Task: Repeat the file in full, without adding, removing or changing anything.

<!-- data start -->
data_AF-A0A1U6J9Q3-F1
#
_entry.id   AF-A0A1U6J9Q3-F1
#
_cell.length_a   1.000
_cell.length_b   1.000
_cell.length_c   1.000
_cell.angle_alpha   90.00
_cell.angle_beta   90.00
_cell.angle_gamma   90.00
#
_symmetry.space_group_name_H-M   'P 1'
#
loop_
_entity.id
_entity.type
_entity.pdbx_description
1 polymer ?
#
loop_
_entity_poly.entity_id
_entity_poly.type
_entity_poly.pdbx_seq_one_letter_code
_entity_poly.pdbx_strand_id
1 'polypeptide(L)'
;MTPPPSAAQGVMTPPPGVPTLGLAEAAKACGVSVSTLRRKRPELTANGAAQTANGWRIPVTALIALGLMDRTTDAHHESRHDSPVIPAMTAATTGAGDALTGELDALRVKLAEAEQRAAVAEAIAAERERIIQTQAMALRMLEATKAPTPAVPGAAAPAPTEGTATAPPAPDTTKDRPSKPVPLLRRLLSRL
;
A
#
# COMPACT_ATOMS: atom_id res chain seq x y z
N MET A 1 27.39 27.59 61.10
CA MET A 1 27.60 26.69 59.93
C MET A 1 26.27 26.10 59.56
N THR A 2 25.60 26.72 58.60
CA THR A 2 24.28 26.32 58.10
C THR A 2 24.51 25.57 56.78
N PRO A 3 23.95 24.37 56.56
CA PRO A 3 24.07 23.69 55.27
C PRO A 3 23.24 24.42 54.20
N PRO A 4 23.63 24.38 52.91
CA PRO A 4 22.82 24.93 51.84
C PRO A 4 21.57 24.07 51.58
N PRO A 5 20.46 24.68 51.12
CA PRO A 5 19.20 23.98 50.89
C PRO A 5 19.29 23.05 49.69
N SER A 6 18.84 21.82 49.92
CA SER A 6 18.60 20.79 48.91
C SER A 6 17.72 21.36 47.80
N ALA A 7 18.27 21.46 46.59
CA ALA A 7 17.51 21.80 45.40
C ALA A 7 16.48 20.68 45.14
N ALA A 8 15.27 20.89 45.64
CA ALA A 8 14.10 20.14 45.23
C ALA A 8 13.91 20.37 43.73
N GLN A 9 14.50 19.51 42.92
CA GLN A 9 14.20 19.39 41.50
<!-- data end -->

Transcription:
data_AF-A0A1U6J9Q3-F1
#
_entry.id   AF-A0A1U6J9Q3-F1
#
_cell.length_a   1.000
_cell.length_b   1.000
_cell.length_c   1.000
_cell.angle_alpha   90.00
_cell.angle_beta   90.00
_cell.angle_gamma   90.00
#
_symmetry.space_group_name_H-M   'P 1'
#
loop_
_entity.id
_entity.type
_entity.pdbx_description
1 polymer ?
#
loop_
_entity_poly.entity_id
_entity_poly.type
_entity_poly.pdbx_seq_one_letter_code
_entity_poly.pdbx_strand_id
1 'polypeptide(L)'
;MTPPPSAAQGVMTPPPGVPTLGLAEAAKACGVSVSTLRRKRPELTANGAAQTANGWRIPVTALIALGLMDRTTDAHHESRHDSPVIPAMTAATTGAGDALTGELDALRVKLAEAEQRAAVAEAIAAERERIIQTQAMALRMLEATKAPTPAVPGAAAPAPTEGTATAPPAPDTTKDRPSKPVPLLRRLLSRL
;
A
#
# COMPACT_ATOMS: atom_id res chain seq x y z
N MET A 1 27.39 27.59 61.10
CA MET A 1 27.60 26.69 59.93
C MET A 1 26.27 26.10 59.56
N THR A 2 25.60 26.72 58.60
CA THR A 2 24.28 26.32 58.10
C THR A 2 24.51 25.57 56.78
N PRO A 3 23.95 24.37 56.56
CA PRO A 3 24.07 23.69 55.27
C PRO A 3 23.24 24.42 54.20
N PRO A 4 23.63 24.38 52.91
CA PRO A 4 22.82 24.93 51.84
C PRO A 4 21.57 24.07 51.58
N PRO A 5 20.46 24.68 51.12
CA PRO A 5 19.20 23.98 50.89
C PRO A 5 19.29 23.05 49.69
N SER A 6 18.84 21.82 49.92
CA SER A 6 18.60 20.79 48.91
C SER A 6 17.72 21.36 47.80
N ALA A 7 18.27 21.46 46.59
CA ALA A 7 17.51 21.80 45.40
C ALA A 7 16.48 20.68 45.14
N ALA A 8 15.27 20.89 45.64
CA ALA A 8 14.10 20.14 45.23
C ALA A 8 13.91 20.37 43.73
N GLN A 9 14.50 19.51 42.92
CA GLN A 9 14.20 19.39 41.50